Last night, put in the right mood by Carter, I picked up Adam Gidwitz's A Tale Dark and Grimm, a book that also looks at the Grimms through a glass darkly. But this book is meant for young people. And they should beware. Entering this book leaves dark trails on your thoughts. The seeds of the stories sprouted in the shadowy corners of my room late last night, making the old piece of driftwood hanging on my wall look rather like an old crone's claw (yikes).
Like the film Mama currently in theaters, this book centers on two small children who find themselves lost in the Schwartzwald (riffing on the plot of "Hansel and Gretel"; by the by, Guillermo del Toro, of Pan's Labyrinth fame, was executive producer on Mama, suggesting that the film will be rife with the aesthetic of dark fairy-tale revision). The revisions of the tales from the children's perspective are utterly unsettling. In the revision of "Hansel and Gretel" itself, for example, the "witch" is not a witch at all, but an old baker woman who has developed a taste for children's flesh after accidentally "tasting" her offspring during that age-old mommy game of "you are soooo cute, I could eat you right up" (num ... num ... num). Ewwww...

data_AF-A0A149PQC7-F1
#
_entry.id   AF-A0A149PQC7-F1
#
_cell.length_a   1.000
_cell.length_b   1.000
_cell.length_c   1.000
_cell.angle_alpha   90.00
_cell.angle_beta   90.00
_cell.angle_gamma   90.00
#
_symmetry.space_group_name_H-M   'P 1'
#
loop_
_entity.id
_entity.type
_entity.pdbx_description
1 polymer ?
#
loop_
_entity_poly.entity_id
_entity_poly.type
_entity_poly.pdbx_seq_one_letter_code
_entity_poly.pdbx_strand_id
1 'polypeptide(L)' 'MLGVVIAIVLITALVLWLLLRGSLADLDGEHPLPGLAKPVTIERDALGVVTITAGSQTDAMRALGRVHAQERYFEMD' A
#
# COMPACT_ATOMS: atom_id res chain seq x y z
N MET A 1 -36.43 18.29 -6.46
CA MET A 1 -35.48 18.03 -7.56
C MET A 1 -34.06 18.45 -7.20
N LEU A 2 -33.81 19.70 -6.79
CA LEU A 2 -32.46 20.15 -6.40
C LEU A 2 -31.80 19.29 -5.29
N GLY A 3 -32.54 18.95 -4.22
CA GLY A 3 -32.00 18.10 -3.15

I highly recommend this book if you are a twisted reader like myself, if you enjoy someone taking something you love dearly, tearing it to shreds, and making a crazy-quilt of a book out of what's leftover. Gidwitz nails the tone that makes the tales of the Grimms and Perrault so appealing in the first place. His book is darkly poetic, provocative, and true. To put it in Gidwitz's words, "In the darkest zones, one finds the brightest beauty, the most luminous wisdom... And the most blood." Until tomorrow. ~Alice